It seems bizarre to suggest that a player red carded in the UEFA Champions League semi final is mature and a great leader, but somehow, some way that is what is playing out here.
It is an interesting scenario because Chelsea, under new leadership in the guise of Roberto Di Matteo after Andre Villas-Boas was sacked, is playing a lot like a Chelsea side seen several seasons ago. They have more shape, but most importantly they have more belief.
Much has been made of player power and how the club and its billionaire owner Roman Abramovich are heavily influenced by the likes of John Terry and Frank Lampard. Villas-Boas tried to cut this off by dropping Lampard and undermining Terry. Terry did not have his own nightmares to seek with his reputation in tatters following publicized dalliances with women and a pending racism case. Did this affect how he was seen by his club, though?
Of course no one outside of Stamford Bridge could ever say exactly how deep this influence goes. AVB found out that changes, radical or otherwise, may lead to a swift boot and a push towards the unemployment queue.
Since then there has now been a rather phantasmagorical resurgence from within Chelsea’s ranks and the cynics assume that each tactical change, reinstatement of previously abandoned players and every bullish performance bears the hallmarks of Terry.
This is rather harsh on Di Matteo, who is an experienced English Premier League manager in his own right. However, when Drogba decides to turn it on, Torres starts scoring big goals and the older, slower rigs of Terry and Lampard tighten and cajole the team over the line it is impressive.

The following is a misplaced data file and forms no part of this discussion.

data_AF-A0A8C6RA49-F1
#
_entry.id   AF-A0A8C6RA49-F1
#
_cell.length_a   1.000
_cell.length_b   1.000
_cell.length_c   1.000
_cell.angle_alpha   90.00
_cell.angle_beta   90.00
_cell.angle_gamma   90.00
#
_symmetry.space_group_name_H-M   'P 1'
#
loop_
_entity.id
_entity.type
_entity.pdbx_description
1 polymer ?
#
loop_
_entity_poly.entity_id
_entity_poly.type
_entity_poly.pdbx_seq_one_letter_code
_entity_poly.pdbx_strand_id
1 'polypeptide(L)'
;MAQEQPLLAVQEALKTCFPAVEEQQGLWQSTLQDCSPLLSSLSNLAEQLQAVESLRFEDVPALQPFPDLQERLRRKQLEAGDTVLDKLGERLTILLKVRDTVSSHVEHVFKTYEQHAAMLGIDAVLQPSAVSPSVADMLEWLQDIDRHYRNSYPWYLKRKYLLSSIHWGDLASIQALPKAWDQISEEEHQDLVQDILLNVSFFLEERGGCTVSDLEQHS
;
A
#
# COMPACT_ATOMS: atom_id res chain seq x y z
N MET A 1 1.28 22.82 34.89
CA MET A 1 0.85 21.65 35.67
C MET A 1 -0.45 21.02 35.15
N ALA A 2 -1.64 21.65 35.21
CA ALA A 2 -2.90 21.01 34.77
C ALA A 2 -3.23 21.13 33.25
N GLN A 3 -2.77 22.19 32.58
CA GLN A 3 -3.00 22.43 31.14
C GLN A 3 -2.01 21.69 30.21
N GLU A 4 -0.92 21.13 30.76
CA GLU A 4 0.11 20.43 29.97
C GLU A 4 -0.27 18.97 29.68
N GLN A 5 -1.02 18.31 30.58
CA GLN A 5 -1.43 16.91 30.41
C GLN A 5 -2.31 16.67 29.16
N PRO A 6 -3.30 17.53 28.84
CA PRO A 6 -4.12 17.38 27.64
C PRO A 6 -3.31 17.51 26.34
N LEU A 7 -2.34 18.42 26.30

Written off, they topped Barcelona at the Nou Camp. Sure they rode their luck –Messi hitting woodwork and missing penalties helps, but the kid can’t always get the rub of the green –but they grafted.
There are a lot of suspensions for their Final and players like Terry and Ivanovic have been harshly reminded of this. Nonetheless, Di Matteo has been, at the very least, a figurehead for this upturn and should be given the job full-time.
As for Terry: getting his red card for swinging into the back of a Barca player may be silly, but it may well be a cathartic act. He is coming to the end soon enough and must relinquish his hold on the reins at Chelsea. He has nudged them over to another showpiece event. He is also set to be an FA Cup finalist.
He is maligned, and there is much character knocking whenever ‘JT’ is mentioned. Perhaps it is justified. Despite this, though, you cannot doubt what the experienced captain has achieved.
Will his side do the rest?